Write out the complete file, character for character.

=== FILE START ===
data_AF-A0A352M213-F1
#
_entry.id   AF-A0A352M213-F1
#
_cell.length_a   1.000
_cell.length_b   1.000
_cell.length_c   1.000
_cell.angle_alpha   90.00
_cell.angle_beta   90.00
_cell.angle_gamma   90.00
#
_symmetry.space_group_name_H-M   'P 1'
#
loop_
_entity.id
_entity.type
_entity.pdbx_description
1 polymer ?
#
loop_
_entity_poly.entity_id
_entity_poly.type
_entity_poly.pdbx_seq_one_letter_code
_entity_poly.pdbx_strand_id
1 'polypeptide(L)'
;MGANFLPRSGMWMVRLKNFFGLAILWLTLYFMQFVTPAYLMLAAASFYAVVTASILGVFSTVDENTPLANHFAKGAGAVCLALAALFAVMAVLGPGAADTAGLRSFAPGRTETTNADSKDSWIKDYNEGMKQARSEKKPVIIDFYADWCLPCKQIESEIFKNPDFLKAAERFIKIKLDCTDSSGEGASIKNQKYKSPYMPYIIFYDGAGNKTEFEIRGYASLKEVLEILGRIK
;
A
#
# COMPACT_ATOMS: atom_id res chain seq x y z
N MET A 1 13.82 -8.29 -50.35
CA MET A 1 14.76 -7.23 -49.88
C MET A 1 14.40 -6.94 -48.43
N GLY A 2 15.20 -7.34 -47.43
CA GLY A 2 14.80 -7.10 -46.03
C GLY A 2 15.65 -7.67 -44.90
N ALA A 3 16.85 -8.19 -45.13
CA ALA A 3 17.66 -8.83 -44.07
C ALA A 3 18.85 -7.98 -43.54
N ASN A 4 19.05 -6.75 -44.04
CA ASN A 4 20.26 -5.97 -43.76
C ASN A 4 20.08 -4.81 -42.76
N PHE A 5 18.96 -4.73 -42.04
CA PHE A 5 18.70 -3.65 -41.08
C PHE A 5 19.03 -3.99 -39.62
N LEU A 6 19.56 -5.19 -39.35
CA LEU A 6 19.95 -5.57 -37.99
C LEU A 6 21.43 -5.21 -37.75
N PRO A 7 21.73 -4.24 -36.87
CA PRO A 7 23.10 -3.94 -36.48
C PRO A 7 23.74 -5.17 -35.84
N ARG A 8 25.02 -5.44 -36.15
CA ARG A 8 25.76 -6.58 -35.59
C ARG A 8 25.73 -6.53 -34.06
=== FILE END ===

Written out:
data_AF-A0A352M213-F1
#
_entry.id   AF-A0A352M213-F1
#
_cell.length_a   1.000
_cell.length_b   1.000
_cell.length_c   1.000
_cell.angle_alpha   90.00
_cell.angle_beta   90.00
_cell.angle_gamma   90.00
#
_symmetry.space_group_name_H-M   'P 1'
#
loop_
_entity.id
_entity.type
_entity.pdbx_description
1 polymer ?
#
loop_
_entity_poly.entity_id
_entity_poly.type
_entity_poly.pdbx_seq_one_letter_code
_entity_poly.pdbx_strand_id
1 'polypeptide(L)'
;MGANFLPRSGMWMVRLKNFFGLAILWLTLYFMQFVTPAYLMLAAASFYAVVTASILGVFSTVDENTPLANHFAKGAGAVCLALAALFAVMAVLGPGAADTAGLRSFAPGRTETTNADSKDSWIKDYNEGMKQARSEKKPVIIDFYADWCLPCKQIESEIFKNPDFLKAAERFIKIKLDCTDSSGEGASIKNQKYKSPYMPYIIFYDGAGNKTEFEIRGYASLKEVLEILGRIK
;
A
#
# COMPACT_ATOMS: atom_id res chain seq x y z
N MET A 1 13.82 -8.29 -50.35
CA MET A 1 14.76 -7.23 -49.88
C MET A 1 14.40 -6.94 -48.43
N GLY A 2 15.20 -7.34 -47.43
CA GLY A 2 14.80 -7.10 -46.03
C GLY A 2 15.65 -7.67 -44.90
N ALA A 3 16.85 -8.19 -45.13
CA ALA A 3 17.66 -8.83 -44.07
C ALA A 3 18.85 -7.98 -43.54
N ASN A 4 19.05 -6.75 -44.04
CA ASN A 4 20.26 -5.97 -43.76
C ASN A 4 20.08 -4.81 -42.76
N PHE A 5 18.96 -4.73 -42.04
CA PHE A 5 18.70 -3.65 -41.08
C PHE A 5 19.03 -3.99 -39.62
N LEU A 6 19.56 -5.19 -39.35
CA LEU A 6 19.95 -5.57 -37.99
C LEU A 6 21.43 -5.21 -37.75
N PRO A 7 21.73 -4.24 -36.87
CA PRO A 7 23.10 -3.94 -36.48
C PRO A 7 23.74 -5.17 -35.84
N ARG A 8 25.02 -5.44 -36.15
CA ARG A 8 25.76 -6.58 -35.59
C ARG A 8 25.73 -6.53 -34.06